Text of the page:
One of the reasons for me to do an MBA is that I wanted to learn more about strategy. In earlier jobs I noticed a few times already that it was pretty easy for me to simplify, improve, and streamline processes but as soon as I was done with that I always had trouble deciding on how to go further. In short you can say I was pretty much focused on the operational part and lacked the big picture, something that would be the key during the course Business Strategy with Serge Oreal.
When preparing for the first class I noticed in the reader that active participation was required for this course and in a way I already felt sorry for the professor because the level of participation so far in other classes has been pretty low. To my surprise this had changed totally overnight since at least 10 people engaged in discussions during the first class alone already, and from there on the level of participation only increased. Apparently many people had asked the Sasin MBA class of 2011 for advice how to approach this course and they all mentioned you would be screwed if you missed out on too many points of the possible 20 points you could score with participation.
This course was our first course where we were supposed to prepare cases upfront to be able to discuss them during class. Do not worry about this though since this class is mostly, as professor Oreal puts it himself, “organized common sense”. Groups also present cases almost on a daily basis starting from the 2nd week on and we were supposed to write up a total of 2 cases which were graded. And if that was not enough already we not only had a final exam but also a strategic analysis report of about 15 pages requiring lots of research. All together I can say it was a lot of work, and I had never spent this much time on a course so far this year at Sasin.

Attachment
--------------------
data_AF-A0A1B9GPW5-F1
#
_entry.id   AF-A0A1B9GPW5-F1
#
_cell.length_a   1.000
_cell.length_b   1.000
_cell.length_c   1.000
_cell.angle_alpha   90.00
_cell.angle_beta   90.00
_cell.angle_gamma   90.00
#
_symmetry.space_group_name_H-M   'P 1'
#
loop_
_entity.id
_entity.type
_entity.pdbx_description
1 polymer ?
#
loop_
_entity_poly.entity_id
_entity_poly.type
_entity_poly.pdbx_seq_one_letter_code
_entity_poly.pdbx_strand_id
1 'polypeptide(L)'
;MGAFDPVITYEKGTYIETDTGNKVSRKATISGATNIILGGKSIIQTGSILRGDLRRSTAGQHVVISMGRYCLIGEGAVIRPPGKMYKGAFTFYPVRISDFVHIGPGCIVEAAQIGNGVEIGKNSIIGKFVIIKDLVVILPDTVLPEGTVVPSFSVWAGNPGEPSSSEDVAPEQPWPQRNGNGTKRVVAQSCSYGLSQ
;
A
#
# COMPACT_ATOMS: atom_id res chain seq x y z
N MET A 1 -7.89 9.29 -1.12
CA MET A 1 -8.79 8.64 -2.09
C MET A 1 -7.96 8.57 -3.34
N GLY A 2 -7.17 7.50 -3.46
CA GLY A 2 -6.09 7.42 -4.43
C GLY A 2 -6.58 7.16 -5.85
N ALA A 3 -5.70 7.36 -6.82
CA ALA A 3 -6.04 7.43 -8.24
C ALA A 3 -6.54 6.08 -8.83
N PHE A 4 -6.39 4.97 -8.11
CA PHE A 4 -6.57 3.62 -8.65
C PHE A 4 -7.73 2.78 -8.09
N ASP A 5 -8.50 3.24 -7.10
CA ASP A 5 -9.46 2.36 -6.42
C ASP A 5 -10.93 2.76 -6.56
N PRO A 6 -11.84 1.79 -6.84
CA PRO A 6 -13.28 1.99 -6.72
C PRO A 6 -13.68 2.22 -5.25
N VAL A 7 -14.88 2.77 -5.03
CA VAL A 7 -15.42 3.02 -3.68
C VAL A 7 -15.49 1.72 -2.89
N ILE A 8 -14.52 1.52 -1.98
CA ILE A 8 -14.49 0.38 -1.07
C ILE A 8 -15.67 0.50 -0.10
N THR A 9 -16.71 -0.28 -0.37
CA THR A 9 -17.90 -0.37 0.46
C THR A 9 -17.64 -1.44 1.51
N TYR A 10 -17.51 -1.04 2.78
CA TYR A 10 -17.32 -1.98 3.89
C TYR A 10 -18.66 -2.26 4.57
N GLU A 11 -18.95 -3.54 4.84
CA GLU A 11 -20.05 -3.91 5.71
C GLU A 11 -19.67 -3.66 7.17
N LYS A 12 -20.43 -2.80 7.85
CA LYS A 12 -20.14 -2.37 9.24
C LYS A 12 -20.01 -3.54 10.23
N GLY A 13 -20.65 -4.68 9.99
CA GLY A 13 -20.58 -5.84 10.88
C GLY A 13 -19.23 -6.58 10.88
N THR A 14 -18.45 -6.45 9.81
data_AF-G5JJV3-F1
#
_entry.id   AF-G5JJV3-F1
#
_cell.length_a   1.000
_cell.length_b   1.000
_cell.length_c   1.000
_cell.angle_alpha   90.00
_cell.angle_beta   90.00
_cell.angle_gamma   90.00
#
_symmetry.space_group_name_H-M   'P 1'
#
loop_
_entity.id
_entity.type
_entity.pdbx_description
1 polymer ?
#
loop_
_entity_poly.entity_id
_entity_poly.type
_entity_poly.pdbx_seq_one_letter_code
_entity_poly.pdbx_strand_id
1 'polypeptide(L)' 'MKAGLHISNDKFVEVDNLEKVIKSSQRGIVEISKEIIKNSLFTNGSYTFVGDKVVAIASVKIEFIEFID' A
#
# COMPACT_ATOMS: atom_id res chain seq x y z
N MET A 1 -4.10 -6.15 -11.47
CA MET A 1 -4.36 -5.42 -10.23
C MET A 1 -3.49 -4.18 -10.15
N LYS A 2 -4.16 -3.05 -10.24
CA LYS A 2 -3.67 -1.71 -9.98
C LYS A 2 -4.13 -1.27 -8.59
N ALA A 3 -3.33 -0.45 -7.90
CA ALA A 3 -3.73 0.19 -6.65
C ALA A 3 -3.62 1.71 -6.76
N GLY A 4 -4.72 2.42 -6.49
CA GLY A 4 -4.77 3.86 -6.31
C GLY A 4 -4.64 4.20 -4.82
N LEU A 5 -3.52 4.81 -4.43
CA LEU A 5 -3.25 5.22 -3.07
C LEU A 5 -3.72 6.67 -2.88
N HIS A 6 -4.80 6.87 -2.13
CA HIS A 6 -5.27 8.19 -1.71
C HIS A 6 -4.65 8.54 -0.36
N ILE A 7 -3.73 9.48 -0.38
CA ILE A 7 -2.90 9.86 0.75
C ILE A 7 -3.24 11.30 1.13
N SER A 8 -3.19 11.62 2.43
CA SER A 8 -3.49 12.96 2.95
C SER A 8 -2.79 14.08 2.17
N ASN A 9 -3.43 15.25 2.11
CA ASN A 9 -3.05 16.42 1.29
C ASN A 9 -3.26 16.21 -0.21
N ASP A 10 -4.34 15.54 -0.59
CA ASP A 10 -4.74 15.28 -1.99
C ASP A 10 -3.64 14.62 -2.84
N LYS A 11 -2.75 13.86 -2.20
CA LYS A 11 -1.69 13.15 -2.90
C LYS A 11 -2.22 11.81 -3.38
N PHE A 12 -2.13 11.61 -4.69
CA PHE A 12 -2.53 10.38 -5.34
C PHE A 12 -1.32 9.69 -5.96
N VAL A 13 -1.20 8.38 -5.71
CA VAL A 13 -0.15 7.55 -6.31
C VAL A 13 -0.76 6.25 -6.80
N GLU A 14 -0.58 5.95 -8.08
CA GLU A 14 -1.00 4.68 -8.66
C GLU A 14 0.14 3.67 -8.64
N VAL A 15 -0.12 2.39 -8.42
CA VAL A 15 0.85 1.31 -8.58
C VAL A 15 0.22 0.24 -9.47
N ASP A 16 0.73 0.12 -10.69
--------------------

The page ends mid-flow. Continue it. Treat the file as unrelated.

The huge amount of time we spent on this course resulted in the fact we learned a lot from professor Serge Oreal (who is from France by the way, but do not expect a strong French accent like Rene in the comedy “Allo allo”) during the 6 weeks, even though I must say that the case presentation did become a bit boring after a while; the first few were interesting and surprisingly good but after that they all seemed to be covering the same points and were structured nearly identical.
For the final report we had to prepare a complete report like we did before with the written case reports, the only big difference now is that there was no case to base everything on so we had to find and approach a company ourselves for information and strategic insights. This sounded very troublesome to me since I could hardly imagine how to approach a similar issue back home in Holland since it is not easy for a group of students to plan a meeting with an executive of a large company. In Thailand it is apparently a bit easier, also because most people in the class are well connected; with other words, their dad is often an executive or their family is one of the owners of a large company assuring you can have access to all the information you need.
Waiting for our final grade will probably be a long sit since the final exam was an open book exam where most people typed, at least, 6 pages to answer the questions and the final team report can have up to 15 pages. But so far I am not worried since I have the feeling we will score pretty well on the group report which will represent 40% of our grade; big thumbs up to my team members for the hard work!
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